Script running context confusion in editor

I'm trying to build a macro as a workaround to my previous topic: Restore Full Keyboard Access.

I'm apparently having a problem understanding how KM works. I wanted to use a UI elements script to test for the existence of a button in a window. Although I haven't created a trigger for the macro, the script seems to run every time I bring the editor window forward. I was finally able to quickly type in the comment before the activate line ("--") to stop that from happening so I could post this topic. When that first line isn't commented, why is this script able to bring Finder to the front even when there's no trigger for the Macro? Thanks.

Beautiful, hehe. I think I understand.

The KM Editor has the interesting feature of running conditions and calculations about once per second if they are visible on the screen. In a sense, that's an invisible trigger that occurs once every second.

From my experience when I turn off the KM Engine that solves the problem of the unwanted execution.

Another way I think you can solve it is to minimize the action (OPTION-LEFT ARROW) so that the script it not visible on the screen. This may be your best option.

Or just minimize the entire KM Editor window.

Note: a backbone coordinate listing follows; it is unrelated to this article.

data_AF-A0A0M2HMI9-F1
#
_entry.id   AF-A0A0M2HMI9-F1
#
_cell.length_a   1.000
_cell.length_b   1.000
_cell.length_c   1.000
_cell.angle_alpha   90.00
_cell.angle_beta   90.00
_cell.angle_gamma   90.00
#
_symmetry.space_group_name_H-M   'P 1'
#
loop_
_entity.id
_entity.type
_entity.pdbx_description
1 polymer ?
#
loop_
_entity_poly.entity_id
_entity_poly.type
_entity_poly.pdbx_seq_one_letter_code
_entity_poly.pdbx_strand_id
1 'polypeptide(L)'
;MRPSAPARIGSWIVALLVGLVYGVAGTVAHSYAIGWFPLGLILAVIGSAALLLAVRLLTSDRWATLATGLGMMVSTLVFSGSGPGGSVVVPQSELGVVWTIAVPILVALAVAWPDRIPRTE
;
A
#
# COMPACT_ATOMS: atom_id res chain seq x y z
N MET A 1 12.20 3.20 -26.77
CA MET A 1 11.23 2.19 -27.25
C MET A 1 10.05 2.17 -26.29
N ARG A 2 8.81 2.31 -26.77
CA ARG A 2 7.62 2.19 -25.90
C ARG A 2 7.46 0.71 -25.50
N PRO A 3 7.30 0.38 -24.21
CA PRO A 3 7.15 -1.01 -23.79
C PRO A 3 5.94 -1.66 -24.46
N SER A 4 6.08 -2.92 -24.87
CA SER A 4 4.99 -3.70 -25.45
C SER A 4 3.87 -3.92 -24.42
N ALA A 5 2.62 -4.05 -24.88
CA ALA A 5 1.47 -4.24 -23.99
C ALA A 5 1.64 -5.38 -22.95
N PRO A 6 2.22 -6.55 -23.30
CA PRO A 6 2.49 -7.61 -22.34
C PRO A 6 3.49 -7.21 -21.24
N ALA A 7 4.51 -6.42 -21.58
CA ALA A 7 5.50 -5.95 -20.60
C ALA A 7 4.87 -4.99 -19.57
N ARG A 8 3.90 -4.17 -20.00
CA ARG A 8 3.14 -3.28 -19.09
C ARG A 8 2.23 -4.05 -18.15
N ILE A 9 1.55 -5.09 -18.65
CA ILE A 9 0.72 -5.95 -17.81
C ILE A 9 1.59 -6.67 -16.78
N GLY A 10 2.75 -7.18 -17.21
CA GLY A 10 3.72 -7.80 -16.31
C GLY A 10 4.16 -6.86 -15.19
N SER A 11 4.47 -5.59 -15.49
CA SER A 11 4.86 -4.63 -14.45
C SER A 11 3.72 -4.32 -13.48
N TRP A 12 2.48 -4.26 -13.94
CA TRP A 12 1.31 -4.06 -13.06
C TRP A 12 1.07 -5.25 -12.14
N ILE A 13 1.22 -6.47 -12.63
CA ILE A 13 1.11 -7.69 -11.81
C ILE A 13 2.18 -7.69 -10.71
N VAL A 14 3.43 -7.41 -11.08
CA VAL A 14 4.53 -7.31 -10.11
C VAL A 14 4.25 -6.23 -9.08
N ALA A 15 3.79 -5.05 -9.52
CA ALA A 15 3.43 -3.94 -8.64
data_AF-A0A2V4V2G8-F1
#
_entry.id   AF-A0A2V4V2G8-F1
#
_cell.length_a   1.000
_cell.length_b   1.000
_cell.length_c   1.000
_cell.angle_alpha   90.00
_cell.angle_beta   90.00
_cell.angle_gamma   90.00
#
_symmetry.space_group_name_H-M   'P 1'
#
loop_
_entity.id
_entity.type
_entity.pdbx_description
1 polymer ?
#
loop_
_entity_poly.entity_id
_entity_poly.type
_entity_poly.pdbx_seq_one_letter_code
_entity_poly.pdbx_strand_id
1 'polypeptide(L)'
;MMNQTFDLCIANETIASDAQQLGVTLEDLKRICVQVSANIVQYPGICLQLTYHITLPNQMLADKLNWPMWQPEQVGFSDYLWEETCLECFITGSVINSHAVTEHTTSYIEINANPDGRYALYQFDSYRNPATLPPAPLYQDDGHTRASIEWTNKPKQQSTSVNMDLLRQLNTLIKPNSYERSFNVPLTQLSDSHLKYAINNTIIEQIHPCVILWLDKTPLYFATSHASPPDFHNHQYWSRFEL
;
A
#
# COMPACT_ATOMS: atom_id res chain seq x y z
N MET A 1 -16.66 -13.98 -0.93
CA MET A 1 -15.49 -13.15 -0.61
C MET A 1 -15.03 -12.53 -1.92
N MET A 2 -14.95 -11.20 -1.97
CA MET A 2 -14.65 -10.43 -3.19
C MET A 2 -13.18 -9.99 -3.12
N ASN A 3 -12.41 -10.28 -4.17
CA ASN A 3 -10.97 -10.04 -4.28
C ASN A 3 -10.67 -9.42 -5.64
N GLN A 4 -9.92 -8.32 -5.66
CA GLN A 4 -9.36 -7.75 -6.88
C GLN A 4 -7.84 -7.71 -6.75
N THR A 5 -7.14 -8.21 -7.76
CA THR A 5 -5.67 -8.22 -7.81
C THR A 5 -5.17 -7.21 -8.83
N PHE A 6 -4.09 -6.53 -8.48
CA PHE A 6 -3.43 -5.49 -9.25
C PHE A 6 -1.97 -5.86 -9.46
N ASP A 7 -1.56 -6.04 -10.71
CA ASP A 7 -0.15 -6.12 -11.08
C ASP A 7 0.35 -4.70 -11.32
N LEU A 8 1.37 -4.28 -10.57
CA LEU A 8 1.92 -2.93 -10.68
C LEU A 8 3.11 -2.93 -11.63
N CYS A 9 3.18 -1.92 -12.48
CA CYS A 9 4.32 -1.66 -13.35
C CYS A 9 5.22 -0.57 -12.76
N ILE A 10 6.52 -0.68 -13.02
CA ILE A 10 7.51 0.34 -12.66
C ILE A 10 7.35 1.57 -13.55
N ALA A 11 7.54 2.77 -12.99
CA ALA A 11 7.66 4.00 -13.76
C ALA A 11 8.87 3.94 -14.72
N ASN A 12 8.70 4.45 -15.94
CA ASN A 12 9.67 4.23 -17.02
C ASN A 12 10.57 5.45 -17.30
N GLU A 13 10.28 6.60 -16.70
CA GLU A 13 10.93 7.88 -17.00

Thanks. Yeah, that's double trouble for me because I've been using option-arrows for Mission Control. I'll probably have to concede defeat for trying to override defaults for that.

I did solve the tab navigation (at least for some situations), which no longer plays leapfrog between Finder and KM Editor, using:

Is there a way to do it that won't run the macro every time Finder windows change?

Instead of using AppleScript Text, try an AppleScript file instead. That might stop it from executing. I'm guessing that will work.

Not sure I explained myself very well. What I meant was that I would rather use a trigger other than window change to run the macro. I would rather have a way to make it trigger only when that copy window appears. I don't know whether a trigger configured the current way might eventually be too taxing on computer resources due to the fact that it's Finder I'm dealing with.

Understood. But most of the time when people ask questions they don't tell us the importance of CPU efficiency. If a Find Image loop happens only once a day, for most people that's perfectly fine. but if you are running it 10 times an hour or more, that could be a problem.

I run Find Image almost 24 hours a day, and yes it does seem to make my computer a bit sluggish, and I'm always looking for ways to remove Find Images, but sometimes it's the only way.